Psychology: The Importance Of Empathic Listening

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Listening is an art, a skill, and a discipline that is considered to be an integral aspect in the success of the therapeutic alliance. Listening is not a passive technique, it is an active process in which the therapist listens to what is said, and how it is said, as well as listening to the whole person and the context of their social setting. Aspects of listening encompass linguistic, paralinguistic, and non-verbal aspects in order to tune in both mentally and visibly. Egan (2014) explains full listening as listening actively, listening accurately, and listening for meaning. According to Egan (2014) listening does not just occur; it requires effort on the part of the counsellor in order to avoid engaging in inadequate listening. The counsellor …show more content…

Empathic listening is a process, not a state of being (Watson, 2000). This subtle and elusive quality is not something one is born with, it has to be learned through training and experience. It is worth considering however, that while it is a learnt skill it has to be genuine as it is necessary for the counsellor to be experienced as empathic and congruent in the process (Rogers, 1975). In order to convey true empathy there should be no element of evaluation or diagnostic quality. The resources required to listen empathically, to get to the heart of clients communications, is a taxing and demanding exercise and process which requires great concentration (Watson, 2000). One of the notable advantages of empathic listening is that it facilitates the client’s sense of being heard, understood and recognised; it acknowledges and honours the person’s identification with a particular person (Guilfoyle, …show more content…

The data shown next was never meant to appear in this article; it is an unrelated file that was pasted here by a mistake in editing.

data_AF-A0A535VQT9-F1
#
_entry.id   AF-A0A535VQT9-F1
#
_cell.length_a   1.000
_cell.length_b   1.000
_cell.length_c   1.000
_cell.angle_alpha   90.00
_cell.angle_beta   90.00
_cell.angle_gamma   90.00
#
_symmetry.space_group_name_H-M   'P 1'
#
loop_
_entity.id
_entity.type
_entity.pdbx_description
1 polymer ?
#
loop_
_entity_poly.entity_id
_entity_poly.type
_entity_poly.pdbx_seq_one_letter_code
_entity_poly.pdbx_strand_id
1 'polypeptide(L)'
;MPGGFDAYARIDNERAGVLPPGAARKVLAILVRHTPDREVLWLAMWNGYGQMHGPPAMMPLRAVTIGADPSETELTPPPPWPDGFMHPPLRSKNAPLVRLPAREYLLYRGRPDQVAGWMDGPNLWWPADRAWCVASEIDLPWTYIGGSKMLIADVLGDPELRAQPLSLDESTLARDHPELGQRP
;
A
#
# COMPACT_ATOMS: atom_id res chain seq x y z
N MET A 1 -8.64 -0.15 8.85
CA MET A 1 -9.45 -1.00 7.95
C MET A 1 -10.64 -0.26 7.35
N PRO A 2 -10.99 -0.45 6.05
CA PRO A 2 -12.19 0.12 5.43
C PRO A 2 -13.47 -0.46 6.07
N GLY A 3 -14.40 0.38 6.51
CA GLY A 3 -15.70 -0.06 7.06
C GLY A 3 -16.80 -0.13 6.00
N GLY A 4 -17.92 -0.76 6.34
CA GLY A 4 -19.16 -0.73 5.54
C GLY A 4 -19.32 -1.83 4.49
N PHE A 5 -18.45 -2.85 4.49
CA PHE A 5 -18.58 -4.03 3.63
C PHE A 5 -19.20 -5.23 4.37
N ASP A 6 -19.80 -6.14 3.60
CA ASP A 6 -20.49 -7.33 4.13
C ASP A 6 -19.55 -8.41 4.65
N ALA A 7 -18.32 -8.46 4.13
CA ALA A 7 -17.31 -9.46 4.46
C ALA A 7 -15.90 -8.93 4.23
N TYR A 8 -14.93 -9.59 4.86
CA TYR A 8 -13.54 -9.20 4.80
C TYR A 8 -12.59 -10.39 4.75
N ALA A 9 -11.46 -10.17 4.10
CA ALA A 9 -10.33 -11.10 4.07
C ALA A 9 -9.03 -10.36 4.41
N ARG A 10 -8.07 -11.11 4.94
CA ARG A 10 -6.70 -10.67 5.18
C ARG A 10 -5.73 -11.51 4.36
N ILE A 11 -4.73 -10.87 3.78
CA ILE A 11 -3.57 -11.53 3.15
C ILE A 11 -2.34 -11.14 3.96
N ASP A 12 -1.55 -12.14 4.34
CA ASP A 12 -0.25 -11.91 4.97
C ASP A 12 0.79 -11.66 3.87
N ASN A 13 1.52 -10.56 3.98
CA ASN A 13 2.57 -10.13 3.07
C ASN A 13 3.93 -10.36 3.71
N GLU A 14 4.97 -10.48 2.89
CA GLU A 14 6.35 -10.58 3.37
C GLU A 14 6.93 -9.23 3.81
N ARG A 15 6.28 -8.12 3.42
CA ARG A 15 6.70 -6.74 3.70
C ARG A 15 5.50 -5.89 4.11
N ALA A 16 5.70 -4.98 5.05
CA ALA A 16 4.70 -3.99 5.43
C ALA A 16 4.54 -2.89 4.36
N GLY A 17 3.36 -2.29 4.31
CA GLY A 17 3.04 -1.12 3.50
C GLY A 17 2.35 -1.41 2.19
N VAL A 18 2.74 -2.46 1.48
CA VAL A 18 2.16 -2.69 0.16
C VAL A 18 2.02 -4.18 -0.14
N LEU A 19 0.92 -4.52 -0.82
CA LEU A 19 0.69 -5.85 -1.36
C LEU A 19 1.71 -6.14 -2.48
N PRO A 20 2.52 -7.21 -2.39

“Helpers forget at times that their labels are interpretations rather than understandings of their clients”, (Egan, 2014, p. 78). Egan suggests that the counsellor ensures the client, rather than theories and models, remains the focus of their attention. Some therapists may have a tendency to focus on asking informational questions and focusing on facts, rather than gaining an understanding of the client as a person. In order to move away from this, Egan (2014) suggests that counsellors concentrate on clients contextually with a focus on key themes and messages being voiced. The role of sympathy in human relationships is valuable; however in the therapeutic context it is misplaced. Expressing sympathy may result in a move away from a problem management and reinforce self-pity in the client (Egan,

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